A goddess with a holy object of veneration in every pocket, wallet and bank; as well as down the sides of the big comfy chair in the inn.
A dwarf's fear of the ocean is not baseless. In the unknowable depths lurks an evil that will punish any dwarf arrogant enough to be on anything less than solid land, and unfortunate enough to die.
A demon unleashed... to make the world a better place.
The Prophet John's life and, indeed, death was a mystery. Some say that the gods placed him on this earth for his purpose without a past, and others, a rare few, claim that he was a god himself.
Slumbering within a prison of ice and snow, adrift in the oceans of the north, Gundrak dreams without end.
Some of the gods worshipped in Teleleli and surrounding lands.
An optional pantheon of deities for your fantasy setting.
As the world grows and changes, so to do the gods. One such creature is Verdichtung, Reaver of Steam.
Scale and bone and tooth and claw,
All are symbols of His law
Mourn not the fallen, sick, or weak,
They are His to claim and His to keep!
The corrupted god of war, felled by the lost god of vengeance to his present pitiable state.
A contract Made before Durmenthir is a contract kept.
Blessed Yandrick, spare my herd from the Hoof Rot, and let the thieves and bandits seek elsewhere! Let my swine grow fat and strong, that they might be sold at market, so my children will have enough food this winter!
The Patron Saint of Beverages, Hang-Overs, Regrets
Cowardly maggots! Bow your thrice cursed heads and thank the goddess that you still draw unworthy breath!
In a world where it seems that even the smallest of ideals has a deity to call a patron, even bastards have a patron god to call their own.
Murderous prophet of a depraved cult, Corvius the Death-Haunted cursed the Empire with an ancient evil that has plagued its lands ever since.
Konelis Larach, St. Cornelius of Zarant. 26th Abbot of Zarant; eminence grise to Dominic the Great; author of the Annalia: monk, scholar, saint and martyr.
A nearly forgotten god of hatred, vengeance, death, and decay, whose priesthood seeks his violent rebirth.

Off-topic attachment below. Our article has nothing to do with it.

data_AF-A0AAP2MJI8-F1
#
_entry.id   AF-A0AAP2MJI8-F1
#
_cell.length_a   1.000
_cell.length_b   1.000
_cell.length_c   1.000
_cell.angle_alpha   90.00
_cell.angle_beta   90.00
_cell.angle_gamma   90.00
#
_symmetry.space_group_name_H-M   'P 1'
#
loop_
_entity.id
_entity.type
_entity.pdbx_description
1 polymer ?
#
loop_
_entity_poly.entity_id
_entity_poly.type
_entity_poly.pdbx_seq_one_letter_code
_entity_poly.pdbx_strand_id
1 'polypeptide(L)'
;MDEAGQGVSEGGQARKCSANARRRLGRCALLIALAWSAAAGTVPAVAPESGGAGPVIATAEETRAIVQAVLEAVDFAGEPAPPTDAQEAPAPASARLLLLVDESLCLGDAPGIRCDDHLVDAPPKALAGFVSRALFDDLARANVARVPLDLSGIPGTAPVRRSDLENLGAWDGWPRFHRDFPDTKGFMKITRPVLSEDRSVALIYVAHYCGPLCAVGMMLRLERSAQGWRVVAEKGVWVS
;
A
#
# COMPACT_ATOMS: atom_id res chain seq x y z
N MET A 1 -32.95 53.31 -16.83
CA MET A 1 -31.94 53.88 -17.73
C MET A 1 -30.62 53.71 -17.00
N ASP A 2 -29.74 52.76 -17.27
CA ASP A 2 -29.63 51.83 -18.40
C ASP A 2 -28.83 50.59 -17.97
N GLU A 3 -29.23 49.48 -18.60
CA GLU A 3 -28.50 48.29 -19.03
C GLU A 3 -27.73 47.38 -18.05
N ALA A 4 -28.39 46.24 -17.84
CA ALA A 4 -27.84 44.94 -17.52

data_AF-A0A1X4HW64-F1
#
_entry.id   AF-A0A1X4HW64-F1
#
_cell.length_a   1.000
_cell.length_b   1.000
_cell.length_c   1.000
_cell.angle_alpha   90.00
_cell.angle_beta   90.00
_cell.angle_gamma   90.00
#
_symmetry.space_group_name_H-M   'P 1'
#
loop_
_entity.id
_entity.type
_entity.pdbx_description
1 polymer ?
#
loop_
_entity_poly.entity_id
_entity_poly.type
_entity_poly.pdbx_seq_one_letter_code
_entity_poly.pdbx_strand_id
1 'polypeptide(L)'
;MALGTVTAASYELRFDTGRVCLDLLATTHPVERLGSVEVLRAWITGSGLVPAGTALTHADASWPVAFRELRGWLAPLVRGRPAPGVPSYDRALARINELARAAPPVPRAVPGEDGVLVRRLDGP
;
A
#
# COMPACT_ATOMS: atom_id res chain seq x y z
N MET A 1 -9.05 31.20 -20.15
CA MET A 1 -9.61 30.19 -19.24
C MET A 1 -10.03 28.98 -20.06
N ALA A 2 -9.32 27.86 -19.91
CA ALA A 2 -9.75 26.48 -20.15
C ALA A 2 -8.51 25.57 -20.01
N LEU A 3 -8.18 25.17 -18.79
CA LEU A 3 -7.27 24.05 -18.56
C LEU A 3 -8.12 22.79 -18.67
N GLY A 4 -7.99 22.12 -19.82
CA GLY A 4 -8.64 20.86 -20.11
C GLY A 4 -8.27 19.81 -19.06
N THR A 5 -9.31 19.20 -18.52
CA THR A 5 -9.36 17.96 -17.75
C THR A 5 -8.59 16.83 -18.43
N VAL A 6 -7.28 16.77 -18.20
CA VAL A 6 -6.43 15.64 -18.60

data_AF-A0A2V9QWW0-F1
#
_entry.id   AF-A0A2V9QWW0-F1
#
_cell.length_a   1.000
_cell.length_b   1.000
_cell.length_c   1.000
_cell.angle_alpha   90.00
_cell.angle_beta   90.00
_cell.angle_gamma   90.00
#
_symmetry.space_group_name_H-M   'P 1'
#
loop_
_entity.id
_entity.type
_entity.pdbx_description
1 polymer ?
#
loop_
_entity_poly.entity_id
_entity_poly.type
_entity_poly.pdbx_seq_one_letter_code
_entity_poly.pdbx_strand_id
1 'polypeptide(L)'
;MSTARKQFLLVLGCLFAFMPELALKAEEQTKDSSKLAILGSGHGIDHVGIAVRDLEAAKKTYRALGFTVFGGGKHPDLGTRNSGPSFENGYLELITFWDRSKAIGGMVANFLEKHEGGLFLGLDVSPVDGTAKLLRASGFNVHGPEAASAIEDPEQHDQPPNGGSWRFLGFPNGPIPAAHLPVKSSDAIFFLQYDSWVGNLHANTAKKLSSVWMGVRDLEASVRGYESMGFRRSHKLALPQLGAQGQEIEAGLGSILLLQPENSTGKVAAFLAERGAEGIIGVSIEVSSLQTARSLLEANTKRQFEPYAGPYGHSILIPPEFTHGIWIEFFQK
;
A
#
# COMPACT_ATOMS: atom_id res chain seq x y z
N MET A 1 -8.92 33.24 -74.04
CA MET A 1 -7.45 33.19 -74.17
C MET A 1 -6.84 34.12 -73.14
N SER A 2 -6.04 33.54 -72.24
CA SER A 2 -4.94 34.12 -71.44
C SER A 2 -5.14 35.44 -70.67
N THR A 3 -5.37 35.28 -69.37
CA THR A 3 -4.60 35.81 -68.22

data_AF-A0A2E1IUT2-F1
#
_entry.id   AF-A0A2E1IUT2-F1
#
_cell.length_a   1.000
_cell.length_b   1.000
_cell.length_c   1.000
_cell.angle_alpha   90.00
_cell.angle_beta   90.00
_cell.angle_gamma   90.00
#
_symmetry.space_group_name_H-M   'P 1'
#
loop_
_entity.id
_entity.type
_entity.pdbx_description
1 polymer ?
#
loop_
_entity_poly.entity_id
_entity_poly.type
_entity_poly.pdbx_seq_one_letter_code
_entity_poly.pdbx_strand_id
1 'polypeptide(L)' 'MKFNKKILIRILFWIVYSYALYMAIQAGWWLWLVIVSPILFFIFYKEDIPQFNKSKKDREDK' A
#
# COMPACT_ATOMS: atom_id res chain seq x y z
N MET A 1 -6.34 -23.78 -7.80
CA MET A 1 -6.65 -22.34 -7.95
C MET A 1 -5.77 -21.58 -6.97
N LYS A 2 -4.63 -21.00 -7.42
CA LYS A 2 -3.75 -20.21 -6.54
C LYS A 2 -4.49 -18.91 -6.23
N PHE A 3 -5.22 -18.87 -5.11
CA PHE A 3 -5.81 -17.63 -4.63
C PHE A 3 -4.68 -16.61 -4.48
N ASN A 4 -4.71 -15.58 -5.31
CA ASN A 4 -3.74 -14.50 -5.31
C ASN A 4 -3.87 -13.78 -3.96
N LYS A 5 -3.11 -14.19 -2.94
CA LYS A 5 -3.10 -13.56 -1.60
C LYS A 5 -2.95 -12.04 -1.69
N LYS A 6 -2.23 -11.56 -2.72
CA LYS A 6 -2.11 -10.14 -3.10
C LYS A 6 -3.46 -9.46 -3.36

Ye Olde English
Oblat - A soldier who, grown impotent or maimed in service, hath maintenance or the benefit of a monk’s place assigned him in an abbey
The old clock tower stands tall, but the bulk of the uppermost storey is crumbling and unsafe, with gaping cracks in the walls. The metal struts and girders supporting the great bronze bells are still intact, though, and the bells survive. The grotesque gargoyles and arabesques which decorated the original design have either fallen into the street (once or twice a year more bricks fall from the tower, prompting calls for its demolition) or have been defaced, but the main doors to the clock tower are still intact and show signs of being kept in working order. This is the home of The Captains, clad in raggedy clothes, with sooty faces, and perpetually runny noses. But behind each set of eyes is the look of a survivor. They live to stick together and make it through each day. Older than their years in many ways, the friendship they share with each other and Wims ghost keeps the core of a childs innocence and hope alive in each. But they are still very suspicious of outsiders. They are a group of street children who live in the clock tower. Some are orphans, some runaways, and some nomads who occasionally return to their homes. But they’re all poor, dirty and perpetually hungry, as well as being wily, unscrupulous and mischievous in a fairly brutal way. Enough of them have suffered at the hands of adults for all of them to be wary of any grown-ups, particularly ones who ask too many questions, although with hard work and a lot of food it might be possible to win the confidence or even the trust of a few of them.